Writing college application essays, submitting test scores and filling out pages of information can be stressful. Unfortunately, in some cases, seniors may not always be admitted to the degree programs they want.
However, this may not always be a bad thing. The Salt Lake Tribune recently published an article explaining why increasing numbers of colleges and universities are adopting enrollment standards as a matter of policy to ensure that potential candidates can successfully handle the work during the program.
"Instead of signing up anyone who walks in the door, without assessing their chances of success, [Utah Valley University] will require incoming freshmen 23 years old or younger to have at least a 19 composite score on the ACT and a 2.5 grade point average or better in high school," the article reads.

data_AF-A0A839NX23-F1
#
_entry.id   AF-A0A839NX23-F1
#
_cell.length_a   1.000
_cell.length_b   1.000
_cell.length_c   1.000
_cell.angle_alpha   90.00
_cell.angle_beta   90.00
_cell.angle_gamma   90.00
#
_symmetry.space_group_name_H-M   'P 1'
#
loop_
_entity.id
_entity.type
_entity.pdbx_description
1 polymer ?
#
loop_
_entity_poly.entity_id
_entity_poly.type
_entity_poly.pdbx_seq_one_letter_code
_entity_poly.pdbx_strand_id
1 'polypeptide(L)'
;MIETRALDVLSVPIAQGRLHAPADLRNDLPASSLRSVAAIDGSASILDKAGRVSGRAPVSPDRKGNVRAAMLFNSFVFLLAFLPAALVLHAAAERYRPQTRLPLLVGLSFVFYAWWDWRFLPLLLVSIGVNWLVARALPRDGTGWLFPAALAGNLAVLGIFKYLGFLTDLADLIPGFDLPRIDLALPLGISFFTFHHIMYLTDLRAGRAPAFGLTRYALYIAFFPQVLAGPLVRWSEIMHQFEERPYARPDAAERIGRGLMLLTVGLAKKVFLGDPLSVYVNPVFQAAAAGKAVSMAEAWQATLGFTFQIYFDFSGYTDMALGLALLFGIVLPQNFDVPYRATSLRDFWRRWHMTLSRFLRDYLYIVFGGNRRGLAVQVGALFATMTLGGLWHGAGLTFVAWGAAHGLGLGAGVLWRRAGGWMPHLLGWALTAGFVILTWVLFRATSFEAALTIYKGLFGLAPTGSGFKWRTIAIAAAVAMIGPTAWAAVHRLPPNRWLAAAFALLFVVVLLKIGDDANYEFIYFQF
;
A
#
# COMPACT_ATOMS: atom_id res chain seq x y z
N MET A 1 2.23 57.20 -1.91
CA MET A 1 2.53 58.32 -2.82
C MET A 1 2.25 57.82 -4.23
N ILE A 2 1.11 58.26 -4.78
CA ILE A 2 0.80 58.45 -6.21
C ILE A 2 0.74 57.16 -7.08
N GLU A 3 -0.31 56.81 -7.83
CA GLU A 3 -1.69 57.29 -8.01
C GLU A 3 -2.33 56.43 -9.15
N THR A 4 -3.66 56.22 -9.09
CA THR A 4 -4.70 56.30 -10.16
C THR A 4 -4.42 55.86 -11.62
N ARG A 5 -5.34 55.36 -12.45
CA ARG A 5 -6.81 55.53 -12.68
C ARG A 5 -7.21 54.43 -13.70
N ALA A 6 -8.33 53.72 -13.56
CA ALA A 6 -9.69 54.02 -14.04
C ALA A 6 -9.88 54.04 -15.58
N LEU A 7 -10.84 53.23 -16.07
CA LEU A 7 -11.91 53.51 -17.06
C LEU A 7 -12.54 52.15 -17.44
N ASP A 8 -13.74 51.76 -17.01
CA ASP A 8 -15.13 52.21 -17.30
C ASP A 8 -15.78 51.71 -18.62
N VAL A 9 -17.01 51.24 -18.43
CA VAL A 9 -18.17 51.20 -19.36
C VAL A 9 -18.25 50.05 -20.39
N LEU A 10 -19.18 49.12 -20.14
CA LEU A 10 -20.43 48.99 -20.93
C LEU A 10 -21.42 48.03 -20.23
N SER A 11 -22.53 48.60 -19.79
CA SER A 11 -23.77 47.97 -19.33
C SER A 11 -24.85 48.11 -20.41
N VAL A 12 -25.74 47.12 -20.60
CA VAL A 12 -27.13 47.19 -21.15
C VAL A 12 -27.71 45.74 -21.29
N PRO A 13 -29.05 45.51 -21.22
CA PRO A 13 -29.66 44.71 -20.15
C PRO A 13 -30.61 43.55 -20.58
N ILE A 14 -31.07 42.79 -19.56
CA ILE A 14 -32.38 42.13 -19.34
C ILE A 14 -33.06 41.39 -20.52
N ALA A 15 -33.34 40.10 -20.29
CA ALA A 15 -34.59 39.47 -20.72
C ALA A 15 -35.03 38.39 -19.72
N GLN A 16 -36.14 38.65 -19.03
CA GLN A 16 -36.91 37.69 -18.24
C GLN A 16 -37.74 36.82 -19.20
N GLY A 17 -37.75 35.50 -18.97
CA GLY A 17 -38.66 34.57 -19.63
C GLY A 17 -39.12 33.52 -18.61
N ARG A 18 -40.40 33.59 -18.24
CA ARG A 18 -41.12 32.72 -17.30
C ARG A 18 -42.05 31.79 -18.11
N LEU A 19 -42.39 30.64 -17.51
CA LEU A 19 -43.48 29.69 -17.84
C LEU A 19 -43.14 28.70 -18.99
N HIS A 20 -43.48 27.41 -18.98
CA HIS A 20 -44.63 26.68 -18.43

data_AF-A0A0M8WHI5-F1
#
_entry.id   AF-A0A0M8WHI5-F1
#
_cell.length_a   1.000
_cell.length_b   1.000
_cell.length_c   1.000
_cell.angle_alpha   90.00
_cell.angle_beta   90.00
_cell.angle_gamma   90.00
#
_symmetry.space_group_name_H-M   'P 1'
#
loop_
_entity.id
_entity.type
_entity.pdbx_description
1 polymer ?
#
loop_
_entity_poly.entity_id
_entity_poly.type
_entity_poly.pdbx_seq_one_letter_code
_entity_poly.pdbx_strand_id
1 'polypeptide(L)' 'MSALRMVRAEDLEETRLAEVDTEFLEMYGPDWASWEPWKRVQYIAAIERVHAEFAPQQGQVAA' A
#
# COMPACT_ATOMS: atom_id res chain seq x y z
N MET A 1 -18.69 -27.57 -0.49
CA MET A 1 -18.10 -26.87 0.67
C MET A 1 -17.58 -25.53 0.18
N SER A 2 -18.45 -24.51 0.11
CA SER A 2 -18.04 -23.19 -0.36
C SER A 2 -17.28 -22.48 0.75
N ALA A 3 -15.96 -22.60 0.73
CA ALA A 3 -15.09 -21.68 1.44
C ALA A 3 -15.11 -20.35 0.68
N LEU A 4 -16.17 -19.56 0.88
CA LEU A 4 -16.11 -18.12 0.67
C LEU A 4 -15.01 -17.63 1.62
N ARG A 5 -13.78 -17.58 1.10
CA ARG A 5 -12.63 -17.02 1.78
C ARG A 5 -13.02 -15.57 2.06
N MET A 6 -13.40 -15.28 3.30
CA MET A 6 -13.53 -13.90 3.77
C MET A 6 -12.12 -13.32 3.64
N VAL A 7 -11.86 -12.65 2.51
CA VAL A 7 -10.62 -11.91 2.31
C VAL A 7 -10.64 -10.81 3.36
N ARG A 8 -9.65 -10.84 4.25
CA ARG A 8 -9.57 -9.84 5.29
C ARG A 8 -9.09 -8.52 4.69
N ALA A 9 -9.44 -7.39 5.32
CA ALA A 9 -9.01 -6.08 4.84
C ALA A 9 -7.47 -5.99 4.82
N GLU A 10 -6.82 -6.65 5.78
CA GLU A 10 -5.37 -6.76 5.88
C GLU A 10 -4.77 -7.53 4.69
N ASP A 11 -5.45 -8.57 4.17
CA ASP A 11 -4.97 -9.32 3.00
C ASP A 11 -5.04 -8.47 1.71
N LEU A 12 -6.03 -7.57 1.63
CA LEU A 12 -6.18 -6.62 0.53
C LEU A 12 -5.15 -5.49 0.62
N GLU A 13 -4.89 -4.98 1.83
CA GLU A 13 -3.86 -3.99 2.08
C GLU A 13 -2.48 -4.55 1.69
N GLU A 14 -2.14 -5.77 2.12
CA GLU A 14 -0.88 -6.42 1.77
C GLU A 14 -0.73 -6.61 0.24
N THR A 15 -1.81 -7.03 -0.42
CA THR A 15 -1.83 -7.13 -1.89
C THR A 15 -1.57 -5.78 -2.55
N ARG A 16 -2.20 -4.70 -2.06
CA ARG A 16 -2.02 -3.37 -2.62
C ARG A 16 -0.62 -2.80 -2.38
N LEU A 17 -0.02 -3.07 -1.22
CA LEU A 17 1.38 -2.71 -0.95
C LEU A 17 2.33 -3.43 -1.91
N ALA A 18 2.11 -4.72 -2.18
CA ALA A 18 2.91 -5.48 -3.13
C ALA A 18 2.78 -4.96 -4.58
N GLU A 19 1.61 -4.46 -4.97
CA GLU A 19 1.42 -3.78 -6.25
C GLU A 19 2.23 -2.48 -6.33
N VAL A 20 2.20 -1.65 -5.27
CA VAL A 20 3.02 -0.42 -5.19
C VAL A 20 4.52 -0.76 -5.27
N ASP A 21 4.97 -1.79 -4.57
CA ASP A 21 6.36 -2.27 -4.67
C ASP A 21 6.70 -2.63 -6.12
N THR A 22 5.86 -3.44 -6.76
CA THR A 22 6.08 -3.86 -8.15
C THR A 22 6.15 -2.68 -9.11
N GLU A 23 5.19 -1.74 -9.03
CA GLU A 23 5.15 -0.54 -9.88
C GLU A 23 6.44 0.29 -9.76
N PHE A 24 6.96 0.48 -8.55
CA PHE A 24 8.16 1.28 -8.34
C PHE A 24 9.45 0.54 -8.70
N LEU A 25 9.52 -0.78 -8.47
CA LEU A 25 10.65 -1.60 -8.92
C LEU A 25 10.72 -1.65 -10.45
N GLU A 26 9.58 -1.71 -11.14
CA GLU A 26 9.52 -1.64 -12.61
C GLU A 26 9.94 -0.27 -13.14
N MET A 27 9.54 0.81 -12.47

Such enrollment standards may help address the growing problem of unchanging graduation figures, despite increases in college applications. According to The New York Times, in a study of 29 students enrolled on four-year degree programs, only 13 of them graduated within eight years.
Although not being accepted to a top school may be disappointing, it's important that college applicants are realistic about their expectations, and that they are confident they can handle the level of commitment that college requires.